So, you’d think ID Vault would be one of those tools you’d put on a chain and wear around your neck everywhere you go, but it isn’t. For those not up on ID Vault, it’s an encrypted USB key that stores your user names and passwords. If you want to go to your bank, eBay, or Amazon, you plug in the ID Vault and use a virtual keyboard to punch in a code (to thwart key loggers). The ID Vault client on your PC then goes to the site, makes sure you’re actually on a legitimate IP address for that particular website, and logs in for you.
We've seen a plethora of new SSDs come to market this past year, some of which have been geared towards upping the performance ante while others have attempted to make the price-per-GB ratio a bit more appealing. Corsair's new Extreme Series X256 focuses solely on the former and turns a blind eye towards the latter.
"The new 256GB Extreme Series X256 is a response to the growing popularity of high-capacity SSDs, and it joins our Performance Series P256 at the top of its range, for enthusiasts who want the fastest speeds and plenty of space available for their pictures, music, and videos."
The new drive combines the Indilinx Barefoot controller with Samsung MLC NAND flash memory and is aimed at "enthusiasts who don't want to compromise on speed or capacity." To that end, the 256GB drive boasts read speeds of up to 240MB/s and write speeds of up to 170MBs, 64MB of cache to help prevent stuttering, and user-upgradeable firmware.
OCZ on Monday announced several new low-voltage DDR3 kits the company claims has been designed specifically for the upcoming Intel P55 chipset. All six dual-channel kits come rated at 1.65V, partially a result of "using sophisticated IC screening methods."
“OCZ is excited to introduce a complete range of new DDR3 dual channel memory kits that are engineered specifically for Intel’s cutting edge P55 platform,” commented Alex Mei, CMO for the OCZ Technology Group. “These gaming kits make use of high quality hand screened chips to deliver exceptional performance and stability at surprisingly low voltages when paired with the latest Intel processors and chipset.”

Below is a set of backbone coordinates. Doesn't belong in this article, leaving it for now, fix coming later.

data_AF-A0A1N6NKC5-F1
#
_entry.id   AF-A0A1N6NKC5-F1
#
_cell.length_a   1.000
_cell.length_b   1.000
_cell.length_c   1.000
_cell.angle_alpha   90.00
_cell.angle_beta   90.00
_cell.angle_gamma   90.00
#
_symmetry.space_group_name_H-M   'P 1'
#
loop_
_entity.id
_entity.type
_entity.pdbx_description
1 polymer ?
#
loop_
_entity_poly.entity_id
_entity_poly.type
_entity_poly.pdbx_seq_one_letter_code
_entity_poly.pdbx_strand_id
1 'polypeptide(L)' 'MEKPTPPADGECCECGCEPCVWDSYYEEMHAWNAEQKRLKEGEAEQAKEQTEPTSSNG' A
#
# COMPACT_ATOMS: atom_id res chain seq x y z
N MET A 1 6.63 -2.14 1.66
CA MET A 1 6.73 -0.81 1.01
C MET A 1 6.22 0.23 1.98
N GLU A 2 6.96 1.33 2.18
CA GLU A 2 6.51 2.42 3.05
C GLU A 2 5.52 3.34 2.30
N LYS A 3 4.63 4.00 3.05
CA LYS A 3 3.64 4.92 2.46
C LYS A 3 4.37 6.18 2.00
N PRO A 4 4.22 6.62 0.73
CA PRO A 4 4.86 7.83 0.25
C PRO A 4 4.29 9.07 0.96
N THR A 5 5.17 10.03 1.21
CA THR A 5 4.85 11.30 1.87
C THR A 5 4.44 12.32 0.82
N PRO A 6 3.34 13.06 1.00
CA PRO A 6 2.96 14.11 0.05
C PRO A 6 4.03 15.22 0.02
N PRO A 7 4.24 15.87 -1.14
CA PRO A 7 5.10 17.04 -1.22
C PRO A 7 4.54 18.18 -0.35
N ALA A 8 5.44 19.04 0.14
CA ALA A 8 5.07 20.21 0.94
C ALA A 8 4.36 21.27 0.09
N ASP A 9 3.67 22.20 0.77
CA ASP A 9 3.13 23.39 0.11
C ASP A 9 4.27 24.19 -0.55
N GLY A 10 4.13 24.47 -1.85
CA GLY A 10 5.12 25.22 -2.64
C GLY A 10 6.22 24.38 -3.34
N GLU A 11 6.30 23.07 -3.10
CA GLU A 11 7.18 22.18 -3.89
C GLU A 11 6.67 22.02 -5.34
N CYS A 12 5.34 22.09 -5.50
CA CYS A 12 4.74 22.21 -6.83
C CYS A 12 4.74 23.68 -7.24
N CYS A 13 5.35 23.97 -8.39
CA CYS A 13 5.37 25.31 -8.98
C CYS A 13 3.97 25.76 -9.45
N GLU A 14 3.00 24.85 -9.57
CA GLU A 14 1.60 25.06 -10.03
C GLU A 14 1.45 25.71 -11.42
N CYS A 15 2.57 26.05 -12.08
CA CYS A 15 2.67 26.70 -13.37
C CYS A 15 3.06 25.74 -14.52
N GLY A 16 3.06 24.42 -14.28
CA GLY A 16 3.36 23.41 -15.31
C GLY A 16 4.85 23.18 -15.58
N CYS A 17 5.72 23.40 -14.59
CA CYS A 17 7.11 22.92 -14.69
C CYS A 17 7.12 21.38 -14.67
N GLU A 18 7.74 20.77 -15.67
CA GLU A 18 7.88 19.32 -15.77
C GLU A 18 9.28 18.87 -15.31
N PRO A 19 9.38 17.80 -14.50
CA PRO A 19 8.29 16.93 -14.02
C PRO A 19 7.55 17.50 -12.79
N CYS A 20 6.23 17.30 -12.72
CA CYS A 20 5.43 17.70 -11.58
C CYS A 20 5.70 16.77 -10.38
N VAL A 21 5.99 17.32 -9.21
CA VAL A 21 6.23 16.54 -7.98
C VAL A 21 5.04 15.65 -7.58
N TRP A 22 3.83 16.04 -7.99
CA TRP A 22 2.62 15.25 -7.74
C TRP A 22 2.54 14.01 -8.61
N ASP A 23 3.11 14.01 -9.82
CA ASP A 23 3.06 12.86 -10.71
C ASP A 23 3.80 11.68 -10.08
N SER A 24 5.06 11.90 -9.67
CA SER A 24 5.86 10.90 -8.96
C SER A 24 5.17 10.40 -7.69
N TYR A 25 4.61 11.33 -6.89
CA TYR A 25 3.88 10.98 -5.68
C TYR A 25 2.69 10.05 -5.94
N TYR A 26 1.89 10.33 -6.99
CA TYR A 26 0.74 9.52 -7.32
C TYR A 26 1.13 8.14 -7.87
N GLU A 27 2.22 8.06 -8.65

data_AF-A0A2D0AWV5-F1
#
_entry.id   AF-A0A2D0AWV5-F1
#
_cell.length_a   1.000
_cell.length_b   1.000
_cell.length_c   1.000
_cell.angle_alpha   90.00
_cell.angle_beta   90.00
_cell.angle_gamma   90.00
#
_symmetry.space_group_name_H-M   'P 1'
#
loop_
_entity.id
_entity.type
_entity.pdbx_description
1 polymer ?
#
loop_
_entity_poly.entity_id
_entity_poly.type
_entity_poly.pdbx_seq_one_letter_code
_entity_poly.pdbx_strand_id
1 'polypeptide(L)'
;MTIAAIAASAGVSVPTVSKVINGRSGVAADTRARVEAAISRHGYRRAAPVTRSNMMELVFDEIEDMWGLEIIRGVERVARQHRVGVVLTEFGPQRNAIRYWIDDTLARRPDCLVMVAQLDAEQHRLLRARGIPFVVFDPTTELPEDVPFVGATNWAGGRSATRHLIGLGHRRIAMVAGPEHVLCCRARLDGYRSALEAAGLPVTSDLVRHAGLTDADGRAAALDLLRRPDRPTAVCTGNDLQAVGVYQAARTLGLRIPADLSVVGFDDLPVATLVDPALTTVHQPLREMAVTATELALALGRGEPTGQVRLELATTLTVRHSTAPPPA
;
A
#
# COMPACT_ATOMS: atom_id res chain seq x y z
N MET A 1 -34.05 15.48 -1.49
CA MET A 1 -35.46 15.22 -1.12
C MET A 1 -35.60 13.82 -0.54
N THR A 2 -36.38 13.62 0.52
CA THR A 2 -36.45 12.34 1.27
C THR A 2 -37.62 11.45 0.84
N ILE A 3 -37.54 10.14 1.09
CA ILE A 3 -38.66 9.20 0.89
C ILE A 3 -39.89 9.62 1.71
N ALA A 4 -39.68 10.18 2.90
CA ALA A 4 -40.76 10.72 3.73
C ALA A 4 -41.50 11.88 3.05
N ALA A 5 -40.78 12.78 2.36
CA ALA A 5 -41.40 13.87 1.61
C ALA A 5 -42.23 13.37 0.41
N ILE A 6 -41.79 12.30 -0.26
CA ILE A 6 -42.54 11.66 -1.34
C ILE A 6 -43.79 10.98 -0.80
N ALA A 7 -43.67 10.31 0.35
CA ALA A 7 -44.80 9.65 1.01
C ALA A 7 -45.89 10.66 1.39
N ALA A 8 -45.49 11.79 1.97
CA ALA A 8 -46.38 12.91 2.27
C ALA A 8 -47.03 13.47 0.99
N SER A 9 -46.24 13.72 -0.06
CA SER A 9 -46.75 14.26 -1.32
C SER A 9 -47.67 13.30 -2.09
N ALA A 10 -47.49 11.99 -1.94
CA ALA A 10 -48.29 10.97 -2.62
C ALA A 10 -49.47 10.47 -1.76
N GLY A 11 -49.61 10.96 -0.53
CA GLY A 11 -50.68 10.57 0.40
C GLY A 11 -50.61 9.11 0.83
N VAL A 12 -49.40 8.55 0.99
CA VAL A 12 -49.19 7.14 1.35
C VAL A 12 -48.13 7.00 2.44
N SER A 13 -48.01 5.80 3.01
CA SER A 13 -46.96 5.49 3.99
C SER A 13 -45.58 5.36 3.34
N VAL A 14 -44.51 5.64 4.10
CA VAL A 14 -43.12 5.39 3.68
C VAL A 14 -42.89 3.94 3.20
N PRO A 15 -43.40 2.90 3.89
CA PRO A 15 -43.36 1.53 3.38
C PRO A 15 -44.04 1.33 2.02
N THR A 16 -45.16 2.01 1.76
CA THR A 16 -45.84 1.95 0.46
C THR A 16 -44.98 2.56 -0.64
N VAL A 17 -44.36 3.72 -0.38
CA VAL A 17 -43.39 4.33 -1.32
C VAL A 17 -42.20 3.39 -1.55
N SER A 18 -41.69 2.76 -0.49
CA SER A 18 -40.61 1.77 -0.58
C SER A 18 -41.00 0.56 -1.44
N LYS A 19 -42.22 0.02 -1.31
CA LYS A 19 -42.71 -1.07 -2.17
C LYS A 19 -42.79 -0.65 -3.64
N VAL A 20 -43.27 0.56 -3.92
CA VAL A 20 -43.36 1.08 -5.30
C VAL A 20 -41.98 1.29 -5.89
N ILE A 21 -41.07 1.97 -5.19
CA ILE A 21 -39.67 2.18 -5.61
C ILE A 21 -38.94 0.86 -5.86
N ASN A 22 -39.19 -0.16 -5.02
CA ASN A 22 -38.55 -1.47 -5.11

The new kits include:
DDR3-1866, Platinum, 2x2GB, 9-9-9-27
DDR3-1866, Gold, 2x2GB, 10-10-10-27
DDR3-1600, Platinum, 2x2GB, 7-7-7-24
DDR3-1600, Gold, 2x2GB, 8-8-8-24
DDR3-1333, Platinum, 2x2GB, 7-7-7-20
DDR3-1333, Gold, 2x2GB, 9-9-9-20
All six kits come with OCZ's familiar honeycomb heatspreader. OCZ also claims that each module is "100 percent hand tested."
As Intel's socket 1156-based Core i5 and Core i7 processors inch closer to an official release, look for motherboard vendors to start rolling out new mobos built around Intel's P55 chipset. That's exactly what Foxconn has done, who over the weekend unveiled its Inferno Katana motherboard as part of the company's Quantum Force series.
There's a lot to like about the Inferno Katana, at least on paper. Power user features are aplenty, including a 12 phase hybrid PWM and DirectFET MOSFET technology, 2 phase for VTT and memory, and a "Fuzzy Equalizer," which is an LED indicator light for displaying the PWM loading status.
Other specs include support for up to 16GB of dual-channel DDR3-1800, 8 SATA ports, 7.1 channel onboard audio with Dolby DTS, 3 PCI-E 2.0 x16 slots, 8 USB 2.0 ports, and "performance comparable to if not better than the C/P ratio of the Core i7."
Western Digital wants you to have a NAS box. Yes, you, Joe Consumer. A NAS box so easy your grandmother can set it up, but powerful enough that you can use it from anywhere. WD’s solution: a one-drive, non-user-serviceable slab of white plastic called the MyBook World Edition. Similar in form to the MyBook external hard drive, but with Gigabit Ethernet replacing the USB port, the MyBook World aims to be your family’s go-to repository for backup, sharing, and streaming.
Western Digital packages its single-drive MyBook World with either 1TB or 2TB Caviar Green low-power-consumption drives, wrapped in a sleek white “book” shape, with ventilation holes through the “pages.” The spine of the MyBook World features a white LED strip that displays status and capacity indicators; on its opposite side are a power jack, Gigabit Ethernet port, power button, reset hole, and USB host port for attaching additional storage.
The MyBook World ships with a handy WD Discovery utility that will auto-detect your MyBook on the network, let users map network drives, and configure the drive via a web interface. The included 30-day trial of the WD Anywhere backup software is not particularly noteworthy except for its ease of use—better backup options exist, especially once your trial runs out.